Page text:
Montanaregulators are clashing with the developer of a proposed wind farm over a rate setby the Montana Public Service Commission that the developer says is too low to allowthe project to proceed, while several commissioners are arguing that the decisionwas forced on them by federal law governing renewable energy contracts.
On July19, the PSC approved a rate of $45.49 per MWh for an up-to-25-year contract betweenthe 26-MW Greycliff Wind Energyfacility and NorthWestern Corp.subsidiary NorthWestern Energy, less than the $53.39 per MWh requested by wind developerGreycliff Wind Prime LLC but more than the $35.65 per MWh proposed by NorthWestern.
The rateis not feasible and a "real setback" for the Greycliff Wind project, accordingto Rhyno Stinchfield, the CEO of MontanaWind Resources, one of the owners of the project."Frankly, we're not sure how we can proceedat this point since the legal costs of contesting Northwestern Energy are huge,"Stinchfield said in an email.
But someof the commissioners said they would have preferred the rate be even lower. Theproblem, they said, is that the PSC is hamstrung by the federal Public Utility RegulatoryPolicies Act, or PURPA, which requires utilities to buypower from certain qualifying facilities, including small wind, hydro and solarpower facilities. To some degree, PURPA locks in a price for these renewable contractsby requiring the qualifying facilities to be paid at the utility's avoided cost.The rate approved for Greycliff Wind was based upon NorthWestern's avoided cost,according to a statementthe PSC released explaining the order.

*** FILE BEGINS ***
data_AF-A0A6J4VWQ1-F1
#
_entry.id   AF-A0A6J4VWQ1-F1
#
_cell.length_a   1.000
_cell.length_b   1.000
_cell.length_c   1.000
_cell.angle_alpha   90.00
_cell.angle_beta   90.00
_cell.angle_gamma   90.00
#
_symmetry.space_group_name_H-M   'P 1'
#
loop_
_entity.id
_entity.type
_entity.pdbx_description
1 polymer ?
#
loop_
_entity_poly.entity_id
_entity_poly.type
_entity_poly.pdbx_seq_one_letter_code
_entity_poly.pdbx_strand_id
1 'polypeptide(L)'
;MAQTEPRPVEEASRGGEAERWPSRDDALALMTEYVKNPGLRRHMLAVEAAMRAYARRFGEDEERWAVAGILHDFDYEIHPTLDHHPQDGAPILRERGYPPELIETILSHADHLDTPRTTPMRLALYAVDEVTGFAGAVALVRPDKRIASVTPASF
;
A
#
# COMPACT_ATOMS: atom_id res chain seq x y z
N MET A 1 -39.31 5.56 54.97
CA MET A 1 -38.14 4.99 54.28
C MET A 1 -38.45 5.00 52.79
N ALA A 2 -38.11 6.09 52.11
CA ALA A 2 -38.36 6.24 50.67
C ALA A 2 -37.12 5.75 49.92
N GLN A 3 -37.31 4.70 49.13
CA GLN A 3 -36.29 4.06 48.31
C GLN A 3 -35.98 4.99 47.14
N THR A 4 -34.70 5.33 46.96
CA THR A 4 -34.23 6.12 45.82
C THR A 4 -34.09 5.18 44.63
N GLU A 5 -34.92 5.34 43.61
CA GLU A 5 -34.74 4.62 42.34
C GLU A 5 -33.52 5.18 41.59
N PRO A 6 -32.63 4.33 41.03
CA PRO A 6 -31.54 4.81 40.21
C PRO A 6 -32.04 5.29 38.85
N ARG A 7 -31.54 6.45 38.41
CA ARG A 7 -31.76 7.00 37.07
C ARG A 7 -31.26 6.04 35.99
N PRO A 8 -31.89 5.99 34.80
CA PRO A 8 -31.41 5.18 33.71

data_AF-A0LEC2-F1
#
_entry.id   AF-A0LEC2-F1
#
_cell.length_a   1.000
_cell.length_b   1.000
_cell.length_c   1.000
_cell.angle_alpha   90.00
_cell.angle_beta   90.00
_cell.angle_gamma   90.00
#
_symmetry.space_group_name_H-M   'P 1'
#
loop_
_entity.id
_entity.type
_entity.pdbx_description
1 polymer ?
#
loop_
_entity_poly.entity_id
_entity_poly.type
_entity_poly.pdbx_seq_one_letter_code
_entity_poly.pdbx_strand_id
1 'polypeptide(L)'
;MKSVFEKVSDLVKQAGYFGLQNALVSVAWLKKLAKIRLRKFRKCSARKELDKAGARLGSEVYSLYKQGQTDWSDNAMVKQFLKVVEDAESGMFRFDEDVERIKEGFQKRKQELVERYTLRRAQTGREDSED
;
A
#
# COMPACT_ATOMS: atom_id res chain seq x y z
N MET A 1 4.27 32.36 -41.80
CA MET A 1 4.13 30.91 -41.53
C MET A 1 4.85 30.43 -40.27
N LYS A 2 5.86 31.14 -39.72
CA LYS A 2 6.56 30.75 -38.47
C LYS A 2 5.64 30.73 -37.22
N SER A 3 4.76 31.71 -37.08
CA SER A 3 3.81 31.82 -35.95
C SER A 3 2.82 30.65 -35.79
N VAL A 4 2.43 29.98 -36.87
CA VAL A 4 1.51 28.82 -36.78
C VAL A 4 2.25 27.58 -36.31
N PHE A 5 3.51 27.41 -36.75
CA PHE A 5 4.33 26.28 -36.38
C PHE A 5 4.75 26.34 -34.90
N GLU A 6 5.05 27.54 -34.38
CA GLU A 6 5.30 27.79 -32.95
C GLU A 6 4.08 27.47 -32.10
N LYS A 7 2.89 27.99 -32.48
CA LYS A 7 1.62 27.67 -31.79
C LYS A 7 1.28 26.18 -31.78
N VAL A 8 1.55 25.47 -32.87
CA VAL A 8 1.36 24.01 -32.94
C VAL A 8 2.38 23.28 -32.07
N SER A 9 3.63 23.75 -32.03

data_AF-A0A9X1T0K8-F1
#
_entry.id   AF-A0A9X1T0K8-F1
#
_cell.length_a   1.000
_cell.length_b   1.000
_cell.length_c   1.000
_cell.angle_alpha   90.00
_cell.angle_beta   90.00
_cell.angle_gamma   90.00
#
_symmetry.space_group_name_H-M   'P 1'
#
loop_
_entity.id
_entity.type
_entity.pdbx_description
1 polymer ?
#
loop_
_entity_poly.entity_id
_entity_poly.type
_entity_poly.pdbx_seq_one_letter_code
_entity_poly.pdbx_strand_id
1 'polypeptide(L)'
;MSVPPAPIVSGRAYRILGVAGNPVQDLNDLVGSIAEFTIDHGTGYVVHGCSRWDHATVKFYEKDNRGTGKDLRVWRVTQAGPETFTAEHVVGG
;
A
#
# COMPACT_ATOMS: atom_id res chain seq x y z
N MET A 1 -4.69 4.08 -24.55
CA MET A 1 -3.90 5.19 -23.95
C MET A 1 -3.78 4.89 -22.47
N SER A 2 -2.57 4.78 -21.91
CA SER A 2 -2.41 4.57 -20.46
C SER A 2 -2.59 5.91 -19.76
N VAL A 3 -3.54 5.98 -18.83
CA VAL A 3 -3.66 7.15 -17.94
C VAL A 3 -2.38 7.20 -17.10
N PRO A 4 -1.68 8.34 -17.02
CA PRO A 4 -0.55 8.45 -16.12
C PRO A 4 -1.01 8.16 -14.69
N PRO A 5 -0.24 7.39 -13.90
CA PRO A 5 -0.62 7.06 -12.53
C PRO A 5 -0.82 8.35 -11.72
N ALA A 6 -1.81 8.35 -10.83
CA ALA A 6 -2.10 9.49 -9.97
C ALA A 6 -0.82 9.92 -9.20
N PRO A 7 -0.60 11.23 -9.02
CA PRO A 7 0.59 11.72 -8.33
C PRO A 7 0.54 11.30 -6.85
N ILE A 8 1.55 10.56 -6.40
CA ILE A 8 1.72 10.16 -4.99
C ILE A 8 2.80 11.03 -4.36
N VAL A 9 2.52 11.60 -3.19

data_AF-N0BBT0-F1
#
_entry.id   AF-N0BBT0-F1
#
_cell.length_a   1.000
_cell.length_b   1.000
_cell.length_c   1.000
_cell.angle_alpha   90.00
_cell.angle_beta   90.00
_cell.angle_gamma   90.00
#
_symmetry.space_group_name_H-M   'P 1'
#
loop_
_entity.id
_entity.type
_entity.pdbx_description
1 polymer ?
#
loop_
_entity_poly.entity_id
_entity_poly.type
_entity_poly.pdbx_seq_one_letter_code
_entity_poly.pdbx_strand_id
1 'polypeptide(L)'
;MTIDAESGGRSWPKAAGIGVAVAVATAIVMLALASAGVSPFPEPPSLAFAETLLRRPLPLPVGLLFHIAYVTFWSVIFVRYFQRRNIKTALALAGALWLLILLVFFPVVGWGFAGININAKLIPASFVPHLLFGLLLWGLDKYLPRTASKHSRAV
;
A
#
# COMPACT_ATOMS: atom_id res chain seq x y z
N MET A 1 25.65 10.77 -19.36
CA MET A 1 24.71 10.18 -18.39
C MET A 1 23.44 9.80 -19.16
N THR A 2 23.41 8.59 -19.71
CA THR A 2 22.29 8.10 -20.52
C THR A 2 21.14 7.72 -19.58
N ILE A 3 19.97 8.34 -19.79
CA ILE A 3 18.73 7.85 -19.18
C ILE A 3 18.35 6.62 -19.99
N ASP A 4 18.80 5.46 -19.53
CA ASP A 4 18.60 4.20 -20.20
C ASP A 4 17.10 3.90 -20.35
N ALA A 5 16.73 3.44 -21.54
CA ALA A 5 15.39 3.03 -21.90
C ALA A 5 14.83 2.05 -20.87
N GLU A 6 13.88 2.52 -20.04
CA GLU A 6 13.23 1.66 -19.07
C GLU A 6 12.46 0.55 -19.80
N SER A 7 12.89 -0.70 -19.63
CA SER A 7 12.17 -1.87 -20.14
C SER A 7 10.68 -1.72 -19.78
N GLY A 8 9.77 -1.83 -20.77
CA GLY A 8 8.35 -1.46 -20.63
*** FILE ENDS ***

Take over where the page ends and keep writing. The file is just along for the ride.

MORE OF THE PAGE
"Unfortunately,in every [qualifying facility] docket, the Commission is faced with trying to makesense out of federal policies that make no sense," Commissioner Roger Koopmansaid. "The best the Commission can do with unworkable law is try to strikea fair balance with the best information we currently have available, thereby providingas much consistency and predictability as possible to the renewable energy marketplace."
"I am not at all satisfied with the high price that wasapproved, but the law requires the Commission to mediate the negotiations of thiscontract, and resolve any disputes between the parties," Commissioner Bob Lakesaid. "Federal law limited the amount of discretion the Commission could usein setting the price consumers pay for this wind power, and we had very little authorityto include additional benefits for consumers that we felt were necessary."
"Federal law (PURPA) is requiring us to buy electricitythat does little to meet the needs of our customers. In recent years, we have developeda balanced portfolio that includes large and small-scale hydro, wind, coal and naturalgas as generating sources," NorthWestern spokesman Butch Larcombe said. "Weexpect to see solar become part of the portfolio in the near future."
Out of a power plant portfolio of 1,279.3 MW of operating capacity,NorthWestern currently owns 119.6 MW of renewables in the form of wind capacity,according to S&P Global Market Intelligence data.
NorthWestern does need more peaking generation, but neither windnor solar provides the reliability or "flip-the-switch" availability theutility is seeking, according to Larcombe. Rather than Greycliff Wind, NorthWesternwants to build a natural gas-fired plant that the utility believes would be a muchcheaper and more efficient way to meet peak demand.
Accordingto S&P Global Market Intelligence data, the owners of the Greycliff Wind facilityare Montana Wind Resources, NationalRenewable Solutions LLC and Hangman'sCreek LLC.